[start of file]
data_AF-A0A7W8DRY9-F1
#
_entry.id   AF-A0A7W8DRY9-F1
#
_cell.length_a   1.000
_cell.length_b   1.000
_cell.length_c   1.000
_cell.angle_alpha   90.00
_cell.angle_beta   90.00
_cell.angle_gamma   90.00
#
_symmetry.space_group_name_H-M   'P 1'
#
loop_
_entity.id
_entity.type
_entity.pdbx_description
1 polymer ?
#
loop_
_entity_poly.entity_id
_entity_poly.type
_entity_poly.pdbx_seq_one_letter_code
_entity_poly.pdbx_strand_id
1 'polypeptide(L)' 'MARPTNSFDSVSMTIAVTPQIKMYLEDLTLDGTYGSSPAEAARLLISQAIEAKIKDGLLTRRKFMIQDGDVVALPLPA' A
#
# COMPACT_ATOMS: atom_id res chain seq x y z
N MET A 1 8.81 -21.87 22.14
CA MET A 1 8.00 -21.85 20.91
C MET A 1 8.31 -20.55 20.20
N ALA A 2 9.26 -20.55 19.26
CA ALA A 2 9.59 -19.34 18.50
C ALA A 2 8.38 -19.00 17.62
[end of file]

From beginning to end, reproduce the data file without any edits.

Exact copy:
data_AF-A0A7W8DRY9-F1
#
_entry.id   AF-A0A7W8DRY9-F1
#
_cell.length_a   1.000
_cell.length_b   1.000
_cell.length_c   1.000
_cell.angle_alpha   90.00
_cell.angle_beta   90.00
_cell.angle_gamma   90.00
#
_symmetry.space_group_name_H-M   'P 1'
#
loop_
_entity.id
_entity.type
_entity.pdbx_description
1 polymer ?
#
loop_
_entity_poly.entity_id
_entity_poly.type
_entity_poly.pdbx_seq_one_letter_code
_entity_poly.pdbx_strand_id
1 'polypeptide(L)' 'MARPTNSFDSVSMTIAVTPQIKMYLEDLTLDGTYGSSPAEAARLLISQAIEAKIKDGLLTRRKFMIQDGDVVALPLPA' A
#
# COMPACT_ATOMS: atom_id res chain seq x y z
N MET A 1 8.81 -21.87 22.14
CA MET A 1 8.00 -21.85 20.91
C MET A 1 8.31 -20.55 20.20
N ALA A 2 9.26 -20.55 19.26
CA ALA A 2 9.59 -19.34 18.50
C ALA A 2 8.38 -19.00 17.62